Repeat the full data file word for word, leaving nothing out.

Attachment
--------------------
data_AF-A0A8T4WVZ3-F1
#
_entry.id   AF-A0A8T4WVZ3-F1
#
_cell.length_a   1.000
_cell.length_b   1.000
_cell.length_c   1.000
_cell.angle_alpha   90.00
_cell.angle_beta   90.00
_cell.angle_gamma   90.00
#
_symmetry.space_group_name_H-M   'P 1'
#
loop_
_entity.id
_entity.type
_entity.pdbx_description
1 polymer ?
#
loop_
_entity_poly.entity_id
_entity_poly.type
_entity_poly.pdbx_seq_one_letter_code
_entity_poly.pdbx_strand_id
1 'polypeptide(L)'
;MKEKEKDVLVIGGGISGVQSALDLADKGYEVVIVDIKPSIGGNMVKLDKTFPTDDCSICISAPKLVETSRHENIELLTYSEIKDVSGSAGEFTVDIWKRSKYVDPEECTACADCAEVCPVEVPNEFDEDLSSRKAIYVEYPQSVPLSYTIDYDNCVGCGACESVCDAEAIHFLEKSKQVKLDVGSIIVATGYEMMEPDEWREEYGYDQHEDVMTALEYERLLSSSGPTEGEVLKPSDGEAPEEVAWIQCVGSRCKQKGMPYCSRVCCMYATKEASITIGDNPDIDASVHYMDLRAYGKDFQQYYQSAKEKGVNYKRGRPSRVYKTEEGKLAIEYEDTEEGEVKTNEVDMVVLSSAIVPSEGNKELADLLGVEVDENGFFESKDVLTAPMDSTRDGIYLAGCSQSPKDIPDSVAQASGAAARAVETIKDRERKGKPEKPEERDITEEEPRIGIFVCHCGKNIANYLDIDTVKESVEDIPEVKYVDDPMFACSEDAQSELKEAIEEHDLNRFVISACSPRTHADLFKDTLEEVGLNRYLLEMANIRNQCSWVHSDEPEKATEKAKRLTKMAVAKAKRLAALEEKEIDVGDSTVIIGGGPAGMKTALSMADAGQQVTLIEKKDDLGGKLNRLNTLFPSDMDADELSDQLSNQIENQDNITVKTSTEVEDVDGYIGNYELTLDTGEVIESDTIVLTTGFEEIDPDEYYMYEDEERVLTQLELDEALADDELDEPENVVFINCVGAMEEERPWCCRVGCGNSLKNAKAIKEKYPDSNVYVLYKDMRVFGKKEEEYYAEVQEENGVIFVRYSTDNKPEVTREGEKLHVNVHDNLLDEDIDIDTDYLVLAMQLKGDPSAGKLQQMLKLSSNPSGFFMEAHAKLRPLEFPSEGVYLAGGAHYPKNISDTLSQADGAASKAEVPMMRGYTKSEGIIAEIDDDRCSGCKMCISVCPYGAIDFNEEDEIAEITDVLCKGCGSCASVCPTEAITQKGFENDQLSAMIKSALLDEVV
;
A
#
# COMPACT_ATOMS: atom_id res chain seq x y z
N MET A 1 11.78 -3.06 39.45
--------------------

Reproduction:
data_AF-A0A8T4WVZ3-F1
#
_entry.id   AF-A0A8T4WVZ3-F1
#
_cell.length_a   1.000
_cell.length_b   1.000
_cell.length_c   1.000
_cell.angle_alpha   90.00
_cell.angle_beta   90.00
_cell.angle_gamma   90.00
#
_symmetry.space_group_name_H-M   'P 1'
#
loop_
_entity.id
_entity.type
_entity.pdbx_description
1 polymer ?
#
loop_
_entity_poly.entity_id
_entity_poly.type
_entity_poly.pdbx_seq_one_letter_code
_entity_poly.pdbx_strand_id
1 'polypeptide(L)'
;MKEKEKDVLVIGGGISGVQSALDLADKGYEVVIVDIKPSIGGNMVKLDKTFPTDDCSICISAPKLVETSRHENIELLTYSEIKDVSGSAGEFTVDIWKRSKYVDPEECTACADCAEVCPVEVPNEFDEDLSSRKAIYVEYPQSVPLSYTIDYDNCVGCGACESVCDAEAIHFLEKSKQVKLDVGSIIVATGYEMMEPDEWREEYGYDQHEDVMTALEYERLLSSSGPTEGEVLKPSDGEAPEEVAWIQCVGSRCKQKGMPYCSRVCCMYATKEASITIGDNPDIDASVHYMDLRAYGKDFQQYYQSAKEKGVNYKRGRPSRVYKTEEGKLAIEYEDTEEGEVKTNEVDMVVLSSAIVPSEGNKELADLLGVEVDENGFFESKDVLTAPMDSTRDGIYLAGCSQSPKDIPDSVAQASGAAARAVETIKDRERKGKPEKPEERDITEEEPRIGIFVCHCGKNIANYLDIDTVKESVEDIPEVKYVDDPMFACSEDAQSELKEAIEEHDLNRFVISACSPRTHADLFKDTLEEVGLNRYLLEMANIRNQCSWVHSDEPEKATEKAKRLTKMAVAKAKRLAALEEKEIDVGDSTVIIGGGPAGMKTALSMADAGQQVTLIEKKDDLGGKLNRLNTLFPSDMDADELSDQLSNQIENQDNITVKTSTEVEDVDGYIGNYELTLDTGEVIESDTIVLTTGFEEIDPDEYYMYEDEERVLTQLELDEALADDELDEPENVVFINCVGAMEEERPWCCRVGCGNSLKNAKAIKEKYPDSNVYVLYKDMRVFGKKEEEYYAEVQEENGVIFVRYSTDNKPEVTREGEKLHVNVHDNLLDEDIDIDTDYLVLAMQLKGDPSAGKLQQMLKLSSNPSGFFMEAHAKLRPLEFPSEGVYLAGGAHYPKNISDTLSQADGAASKAEVPMMRGYTKSEGIIAEIDDDRCSGCKMCISVCPYGAIDFNEEDEIAEITDVLCKGCGSCASVCPTEAITQKGFENDQLSAMIKSALLDEVV
;
A
#
# COMPACT_ATOMS: atom_id res chain seq x y z
N MET A 1 11.78 -3.06 39.45